Dance Studio Secrets features the stories and experience from members of the Dance Studio Owners Inner Circle.
Pull back the curtains for an up-close and personal look into how other studio owners are creating thriving businesses and fulfilling lives both inside and outside of the studio.
Check out this week’s sneak-peek into our Inner Circle dance studios, featuring All About Dance Co-Owner, Shannon Westveer
Today you will meet a Studio Owner who truly embodies what it means to ‘dream big’. Shannon possesses a rare and unparalleled ability to tackle a big vision and is both thoughtful and intentional about the way she goes about achieving that goal.
What are some of the practical things you do inside the classroom to nurture your holistic approach to the dancers?
One of the big things we expose our students to from a very young age is journaling, even if they are still just learning to read and write. We take it back to the very basics, by asking them questions like ‘what words come to mind when you’re in the studio?’ or ‘what does it feel like when you’re dancing?’ We also ask them what goals they have both in dancing and the bigger picture stuff that includes their goals as a person.
Our teachers do a lot of interactive things in the beginning of class as well. It’s all about connecting with dancers when they come in, and to build those relationships with their peers. We actively teach them about teamwork and support, and sometimes we’ll do a beginning or end-of-class meditation that is centred on whatever the theme for that day is. It’s a really helpful tool in getting our students to start their class by focusing on that, and then end with that same intention.
We have criteria that they work on that isn’t always technique based. Sometimes it is, but sometimes it’s as simple as “did you come to class today prepared” or it may be who’s the kindest friend today.” Dance is a safe place for them, and we try to remind them they can leave everything outside the studio when they come in here each day and it’s a fresh start.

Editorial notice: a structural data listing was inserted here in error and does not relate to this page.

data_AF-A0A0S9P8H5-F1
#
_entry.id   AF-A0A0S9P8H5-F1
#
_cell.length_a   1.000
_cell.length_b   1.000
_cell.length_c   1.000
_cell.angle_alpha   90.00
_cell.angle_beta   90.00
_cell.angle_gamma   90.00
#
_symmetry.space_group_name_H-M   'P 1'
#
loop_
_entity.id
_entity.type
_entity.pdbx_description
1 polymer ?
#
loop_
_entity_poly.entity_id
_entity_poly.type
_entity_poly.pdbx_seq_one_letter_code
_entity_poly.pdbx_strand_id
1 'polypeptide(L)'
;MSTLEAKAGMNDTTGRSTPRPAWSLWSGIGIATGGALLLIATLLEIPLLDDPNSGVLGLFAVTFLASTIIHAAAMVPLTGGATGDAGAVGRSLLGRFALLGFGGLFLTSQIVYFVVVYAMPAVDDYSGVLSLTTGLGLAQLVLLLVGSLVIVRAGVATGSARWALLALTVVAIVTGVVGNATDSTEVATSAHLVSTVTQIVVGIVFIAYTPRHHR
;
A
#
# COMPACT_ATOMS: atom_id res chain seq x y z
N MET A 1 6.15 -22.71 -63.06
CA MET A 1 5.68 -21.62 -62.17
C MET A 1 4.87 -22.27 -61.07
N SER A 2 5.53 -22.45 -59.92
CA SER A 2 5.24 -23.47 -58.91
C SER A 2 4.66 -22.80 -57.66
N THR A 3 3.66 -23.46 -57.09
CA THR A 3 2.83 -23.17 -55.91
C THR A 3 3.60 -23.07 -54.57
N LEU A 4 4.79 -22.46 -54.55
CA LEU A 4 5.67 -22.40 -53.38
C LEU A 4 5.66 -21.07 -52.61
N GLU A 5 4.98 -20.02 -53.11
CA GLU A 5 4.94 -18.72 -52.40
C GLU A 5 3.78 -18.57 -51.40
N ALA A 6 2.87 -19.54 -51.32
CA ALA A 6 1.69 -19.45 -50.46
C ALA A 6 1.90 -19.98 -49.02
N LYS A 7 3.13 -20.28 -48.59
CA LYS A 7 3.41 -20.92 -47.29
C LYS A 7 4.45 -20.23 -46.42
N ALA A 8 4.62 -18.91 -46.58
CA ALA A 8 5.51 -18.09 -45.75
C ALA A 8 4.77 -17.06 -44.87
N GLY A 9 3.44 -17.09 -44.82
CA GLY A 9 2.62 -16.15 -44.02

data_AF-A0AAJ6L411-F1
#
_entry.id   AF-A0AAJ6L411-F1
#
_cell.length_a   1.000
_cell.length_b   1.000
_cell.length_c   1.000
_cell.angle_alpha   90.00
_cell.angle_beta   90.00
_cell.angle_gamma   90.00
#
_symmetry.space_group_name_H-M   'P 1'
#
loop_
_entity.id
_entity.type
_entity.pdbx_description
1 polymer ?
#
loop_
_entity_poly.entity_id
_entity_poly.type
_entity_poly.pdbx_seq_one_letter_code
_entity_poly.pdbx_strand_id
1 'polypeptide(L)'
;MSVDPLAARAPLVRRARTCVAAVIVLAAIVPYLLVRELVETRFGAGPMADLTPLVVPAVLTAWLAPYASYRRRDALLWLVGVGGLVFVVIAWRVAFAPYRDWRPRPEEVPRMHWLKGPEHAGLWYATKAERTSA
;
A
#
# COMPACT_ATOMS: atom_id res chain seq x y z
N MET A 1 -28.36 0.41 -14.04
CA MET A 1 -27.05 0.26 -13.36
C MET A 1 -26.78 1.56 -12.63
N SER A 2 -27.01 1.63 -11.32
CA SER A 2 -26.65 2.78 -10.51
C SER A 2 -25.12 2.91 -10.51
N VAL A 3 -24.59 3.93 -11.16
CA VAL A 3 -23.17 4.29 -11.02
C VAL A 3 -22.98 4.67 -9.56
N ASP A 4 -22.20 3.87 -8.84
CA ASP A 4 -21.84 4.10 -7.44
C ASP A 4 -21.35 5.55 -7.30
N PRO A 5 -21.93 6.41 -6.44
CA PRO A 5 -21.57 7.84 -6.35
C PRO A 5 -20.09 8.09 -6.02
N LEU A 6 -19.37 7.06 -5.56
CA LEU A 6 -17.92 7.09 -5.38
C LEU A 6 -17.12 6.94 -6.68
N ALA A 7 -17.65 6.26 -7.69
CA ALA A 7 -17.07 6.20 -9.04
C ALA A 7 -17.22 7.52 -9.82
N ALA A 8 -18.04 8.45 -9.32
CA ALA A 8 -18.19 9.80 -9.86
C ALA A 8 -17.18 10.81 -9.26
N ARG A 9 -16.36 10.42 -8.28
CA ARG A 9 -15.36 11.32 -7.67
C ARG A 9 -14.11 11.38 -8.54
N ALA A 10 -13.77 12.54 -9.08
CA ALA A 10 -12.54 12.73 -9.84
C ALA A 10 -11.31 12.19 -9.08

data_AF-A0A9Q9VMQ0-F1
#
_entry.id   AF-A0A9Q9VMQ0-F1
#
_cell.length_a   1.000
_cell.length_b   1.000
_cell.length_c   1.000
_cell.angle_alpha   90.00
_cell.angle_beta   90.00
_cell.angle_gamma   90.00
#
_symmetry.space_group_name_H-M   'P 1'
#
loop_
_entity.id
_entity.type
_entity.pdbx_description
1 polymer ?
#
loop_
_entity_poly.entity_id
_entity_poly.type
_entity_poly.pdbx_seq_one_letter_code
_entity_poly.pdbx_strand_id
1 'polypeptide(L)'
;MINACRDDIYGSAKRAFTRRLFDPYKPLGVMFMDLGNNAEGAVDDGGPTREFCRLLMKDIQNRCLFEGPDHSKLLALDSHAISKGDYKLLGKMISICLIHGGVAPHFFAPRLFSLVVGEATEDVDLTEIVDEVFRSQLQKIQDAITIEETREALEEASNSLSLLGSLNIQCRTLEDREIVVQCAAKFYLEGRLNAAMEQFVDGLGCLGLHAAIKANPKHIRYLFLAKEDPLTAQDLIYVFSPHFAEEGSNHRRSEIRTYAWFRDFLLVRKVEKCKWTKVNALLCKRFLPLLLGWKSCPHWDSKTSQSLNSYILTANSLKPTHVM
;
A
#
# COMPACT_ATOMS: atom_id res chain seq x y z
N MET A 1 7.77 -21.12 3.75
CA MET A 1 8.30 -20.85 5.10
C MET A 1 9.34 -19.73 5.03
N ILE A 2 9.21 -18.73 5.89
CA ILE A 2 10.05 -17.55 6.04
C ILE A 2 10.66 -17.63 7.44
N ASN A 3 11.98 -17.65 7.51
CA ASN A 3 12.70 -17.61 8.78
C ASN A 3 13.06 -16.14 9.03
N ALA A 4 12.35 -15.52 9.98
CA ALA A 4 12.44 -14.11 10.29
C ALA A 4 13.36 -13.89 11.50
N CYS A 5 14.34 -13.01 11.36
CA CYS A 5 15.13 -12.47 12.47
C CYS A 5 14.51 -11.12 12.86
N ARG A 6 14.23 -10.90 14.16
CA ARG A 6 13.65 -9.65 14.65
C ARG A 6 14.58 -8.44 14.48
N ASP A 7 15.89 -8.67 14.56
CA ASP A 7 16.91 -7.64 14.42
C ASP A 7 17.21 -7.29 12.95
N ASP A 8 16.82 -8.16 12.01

Recently we have started inviting our seniors who graduated to come back to the studio and share their life experiences once they go to college.
Who inspires you in business?
I was thinking about it and I don’t want this to sound cheesy, but honestly being part of this program has been huge for me. Jessica, my partner, and I are so busy that I think we’ve failed in giving that to each other so we’re trying to bring that back between the two of us.
There’s definitely my husband, too. He runs a successful business himself, and he just is so great about giving me a totally different perspective when I’m feeling buried. He has a property management company, so he deals with people all throughout Chicago, and he just lets any craziness or stress roll off his shoulders. He’s so resilient and I’m trying to work with him on teaching that to our kids because I think that’s such a great quality to have and I think it’s kind of a lost quality. Especially in my generation, and with owning a business, you have to be able to pick yourself back up and just keep going. He’s always there for me, and always giving me great advice on how to do better and be stronger.
What has changed the most for you in your business journey over the past 10 years?
The fun aspect of dance was something that was really important to Jessica when I came in. For a long time the general focus on dance studios was around technique, competition and serious training. On the flip-side there were studios that were purely recreational. During our first five years we saw a lot of studios hop on the ‘make dance fun’ bandwagon through their marketing and websites. That’s when the challenge came.How do we shift from giving them love, nurture, and fun in the beginning, but also making disciplined dance instruction fun through love, creativity, and community?
We really wanted to be that studio because if we’re going to bring in as many kids as we can, it’s important to offer a variety of dance. Every child is different and they’re going to have different strengths. And even though, yes, ballet is a core technique for a technical dancer, I think now we’re finding that we’re shifting our programs to meet the needs of our clients because we might have a student who is amazing at hip hop.
For us, we’re really trying to hit home at the basic level for recreational, fun, well rounded, performers, and then the building blocks of what that looks like once they get into our highest competitive level. In every aspect of our business, we are finding out what that means in a recreational program, in a pre-company and in competitive stance, and how that aligns with our values.
Join Shannon and a tribe of likeminded dance studio owners inside the Dance Studio Owners Inner Circle. Apply to join the Inner Circle Here!